November 2016 Archives

We choose rulers and they are sometimes chosen for us. They are always imperfect. No matter who rules us here on earth, our King is Christ.   

 This sermon is quite a bit different from how it was written, therefore, please listen to the sermon rather than read it.  The sermon notes which are included for convenience.  

Sermon delivered at Lutheran Church of the Cross in Berkeley. 

November 23, 2016 - Christ the King Sunday   

"Kings and Queens".  Text is from Luke 23:33-43




Today we are at the end of our liturgical year, and we can also view this as the primary time to look forward to the coming kingdom and remember who it is that reigns on the throne. But the text that we're focusing on today is one at the crucifixion, not of Revelations, not of predictions but situated smack dab amid Christ's passion. And we see upon this hill called the Skull not just one cross but three, for along with Jesus hang two men who are condemned to die as well, albeit for serious infractions against the people. 

And even at his time of death, even as the centurions taunt him, as the leaders of the Judeans make fun of him, Jesus asks the Father for forgiveness for all of them. 

But even the first criminal appears to taunt Jesus as well, echoing for a third time the running joke, why can't Jesus just save himself from the cross, if he is indeed and truly the messiah. 

We're anxious about a lot of things these days. Lately, anxiety about the election takes precedence over a longer lasting, more deeply ingrained anxiety: that of our own deaths. 

 This sermon is quite a bit different from how it was written, therefore, please listen to the sermon rather than read it.  The sermon notes which are included for convenience.  

Sermon delivered at Lutheran Church of the Cross in Berkeley. 

November 6, 2016 - All Saints Day   

"Anxiety".  Text is from Luke 20:27-38 




Happy All Saints Day to you, brothers and sisters, children of God, people of LCC and beloved guests, sinners and saints. 

Now those of you who have been walking with me this summer and fall, will know that I talk about Luke during this season while uplifting the journey that Jesus is making from Galilee to Bethlehem. This long, meandering journey that never seems to end. And we can imagine the journey taking place over six months to be real, as there was a lot for Jesus to do in such a short distance. But what we don't get the benefit of is Jesus arrival into Jerusalem, no, that reading takes place during Holy Week. Instead today we have Jesus already in Jerusalem, taking a trap by some Sadducees, the elite, aristocratic and priestly class of people an opportunity to educate some Sadducees about the nature of the resurrection.  

These Sadducees have so much anxiety around the end of life. They are not really interested in what Jesus has to say about their little game. They're interested in trapping him. The Sadducees, as we know don't believe in a resurrection, but why is this. Even as far back as our first reading in Job we are reading about how the writers understood that a physical death would still be followed by standing before the Lord. There is hope for the resurrection in Jewish literature of old, but we are always very clear in the gospels that the Sadducees had no concept of it. They only accept the Pentateuch, the first five books of the bible. They're much more interested in trapping the newly arrived Jesus than seeking actual answers.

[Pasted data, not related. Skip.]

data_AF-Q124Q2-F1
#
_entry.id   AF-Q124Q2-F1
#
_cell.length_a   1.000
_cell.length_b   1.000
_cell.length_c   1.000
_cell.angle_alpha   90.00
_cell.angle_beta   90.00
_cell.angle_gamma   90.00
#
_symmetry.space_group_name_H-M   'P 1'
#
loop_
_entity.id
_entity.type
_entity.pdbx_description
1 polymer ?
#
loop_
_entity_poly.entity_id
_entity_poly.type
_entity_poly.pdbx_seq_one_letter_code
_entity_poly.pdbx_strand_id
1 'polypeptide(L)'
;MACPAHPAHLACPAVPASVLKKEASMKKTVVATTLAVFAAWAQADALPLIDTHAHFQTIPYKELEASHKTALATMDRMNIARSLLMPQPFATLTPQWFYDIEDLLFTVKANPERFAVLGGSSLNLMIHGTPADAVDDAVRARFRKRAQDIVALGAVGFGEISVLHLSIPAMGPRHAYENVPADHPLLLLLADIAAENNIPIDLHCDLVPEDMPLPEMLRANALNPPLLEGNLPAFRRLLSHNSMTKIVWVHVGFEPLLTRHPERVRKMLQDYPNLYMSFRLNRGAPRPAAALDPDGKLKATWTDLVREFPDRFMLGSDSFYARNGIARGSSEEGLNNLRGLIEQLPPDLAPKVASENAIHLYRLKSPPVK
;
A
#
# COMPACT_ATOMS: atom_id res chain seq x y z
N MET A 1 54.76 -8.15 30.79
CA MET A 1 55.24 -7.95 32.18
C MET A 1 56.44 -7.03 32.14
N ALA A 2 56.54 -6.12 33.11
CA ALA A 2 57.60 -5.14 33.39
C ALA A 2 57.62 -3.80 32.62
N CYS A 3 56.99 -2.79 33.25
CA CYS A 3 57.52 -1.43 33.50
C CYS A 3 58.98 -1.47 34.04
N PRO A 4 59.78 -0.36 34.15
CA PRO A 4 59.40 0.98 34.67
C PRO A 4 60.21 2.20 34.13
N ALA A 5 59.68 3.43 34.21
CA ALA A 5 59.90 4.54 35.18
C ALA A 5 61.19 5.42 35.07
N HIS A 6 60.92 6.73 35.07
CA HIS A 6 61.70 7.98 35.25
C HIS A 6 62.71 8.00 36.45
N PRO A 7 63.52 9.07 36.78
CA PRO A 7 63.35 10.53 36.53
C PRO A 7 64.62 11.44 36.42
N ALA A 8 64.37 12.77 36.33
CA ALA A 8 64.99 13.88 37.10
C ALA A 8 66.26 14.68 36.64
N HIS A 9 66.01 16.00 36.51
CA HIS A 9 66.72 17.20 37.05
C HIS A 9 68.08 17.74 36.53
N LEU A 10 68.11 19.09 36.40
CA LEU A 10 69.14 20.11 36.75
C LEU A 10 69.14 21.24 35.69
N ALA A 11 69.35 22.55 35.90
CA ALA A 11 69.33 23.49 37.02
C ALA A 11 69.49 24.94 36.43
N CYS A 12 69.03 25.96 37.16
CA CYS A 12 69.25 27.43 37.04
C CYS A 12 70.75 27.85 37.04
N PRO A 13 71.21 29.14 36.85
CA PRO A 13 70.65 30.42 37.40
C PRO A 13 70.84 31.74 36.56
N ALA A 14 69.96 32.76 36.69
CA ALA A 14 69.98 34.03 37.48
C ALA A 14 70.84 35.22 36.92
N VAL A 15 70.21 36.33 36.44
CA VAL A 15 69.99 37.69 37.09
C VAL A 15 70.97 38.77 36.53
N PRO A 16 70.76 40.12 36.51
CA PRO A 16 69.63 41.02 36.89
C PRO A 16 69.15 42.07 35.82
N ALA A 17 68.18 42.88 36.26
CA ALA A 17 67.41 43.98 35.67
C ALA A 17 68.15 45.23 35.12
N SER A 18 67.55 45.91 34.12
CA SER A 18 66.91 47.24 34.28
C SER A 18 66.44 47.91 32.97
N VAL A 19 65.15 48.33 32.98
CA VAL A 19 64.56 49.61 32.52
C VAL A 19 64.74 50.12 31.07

Doing all the right things doesn't mean squat if you treat your fellow human being with contempt. We all need to remember that most of us think we're doing the right thing, and want to do the right thing, even when we're not.

 This sermon is quite a bit different from how it was written, therefore, please listen to the sermon rather than read it.  The sermon notes which are included for convenience.  

Sermon delivered at Lutheran Church of the Cross in Berkeley. 

October 30 - Reformation Sunday  

"Saints and Sinners".  Text is from  John 8:31-36




Happy Reformation Sunday to you, brothers and sisters, children of God, people of LCC and beloved guests. Saints and sinners, each and every one of you. And I say that last, on Reformation Sunday there, deep at the heart of the Reformation, where we get our understanding of understanding of us being simultaneously saints and sinners, or simul justus et peccator. Because being human means we are bound to sin. Living means we are bound to sin. And although we strive to perfection, to being perfect human beings, there is no way we can be completely free from sin in our day to day lives. All of us. 

And yet, we are also simultaneously saints, because Christ has freed us from the bondage of sins. The wages of sin are death. Our escape from that fate is Christ. And we are made sanctified by his blood, and become simultaneously saints even in our constant imperfection. We, in our sinful state are made perfect human beings by the blood of the lamb and become worthy to be in God's kingdom. 

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